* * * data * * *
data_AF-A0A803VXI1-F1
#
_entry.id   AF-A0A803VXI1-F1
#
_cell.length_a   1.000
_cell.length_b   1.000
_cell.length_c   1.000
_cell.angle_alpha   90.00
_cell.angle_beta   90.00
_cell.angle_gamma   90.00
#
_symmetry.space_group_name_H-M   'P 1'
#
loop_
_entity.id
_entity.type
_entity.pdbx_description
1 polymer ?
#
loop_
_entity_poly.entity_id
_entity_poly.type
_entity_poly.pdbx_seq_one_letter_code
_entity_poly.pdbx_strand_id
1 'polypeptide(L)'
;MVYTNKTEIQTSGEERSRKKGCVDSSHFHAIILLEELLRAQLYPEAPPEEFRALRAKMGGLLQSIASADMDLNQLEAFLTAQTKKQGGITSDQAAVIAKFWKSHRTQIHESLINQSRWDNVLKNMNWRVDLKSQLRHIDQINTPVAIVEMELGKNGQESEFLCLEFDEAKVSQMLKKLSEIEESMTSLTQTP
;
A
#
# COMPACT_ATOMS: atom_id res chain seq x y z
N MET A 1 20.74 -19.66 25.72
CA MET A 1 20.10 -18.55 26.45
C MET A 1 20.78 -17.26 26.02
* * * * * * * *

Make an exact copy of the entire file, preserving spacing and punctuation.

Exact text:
data_AF-A0A803VXI1-F1
#
_entry.id   AF-A0A803VXI1-F1
#
_cell.length_a   1.000
_cell.length_b   1.000
_cell.length_c   1.000
_cell.angle_alpha   90.00
_cell.angle_beta   90.00
_cell.angle_gamma   90.00
#
_symmetry.space_group_name_H-M   'P 1'
#
loop_
_entity.id
_entity.type
_entity.pdbx_description
1 polymer ?
#
loop_
_entity_poly.entity_id
_entity_poly.type
_entity_poly.pdbx_seq_one_letter_code
_entity_poly.pdbx_strand_id
1 'polypeptide(L)'
;MVYTNKTEIQTSGEERSRKKGCVDSSHFHAIILLEELLRAQLYPEAPPEEFRALRAKMGGLLQSIASADMDLNQLEAFLTAQTKKQGGITSDQAAVIAKFWKSHRTQIHESLINQSRWDNVLKNMNWRVDLKSQLRHIDQINTPVAIVEMELGKNGQESEFLCLEFDEAKVSQMLKKLSEIEESMTSLTQTP
;
A
#
# COMPACT_ATOMS: atom_id res chain seq x y z
N MET A 1 20.74 -19.66 25.72
CA MET A 1 20.10 -18.55 26.45
C MET A 1 20.78 -17.26 26.02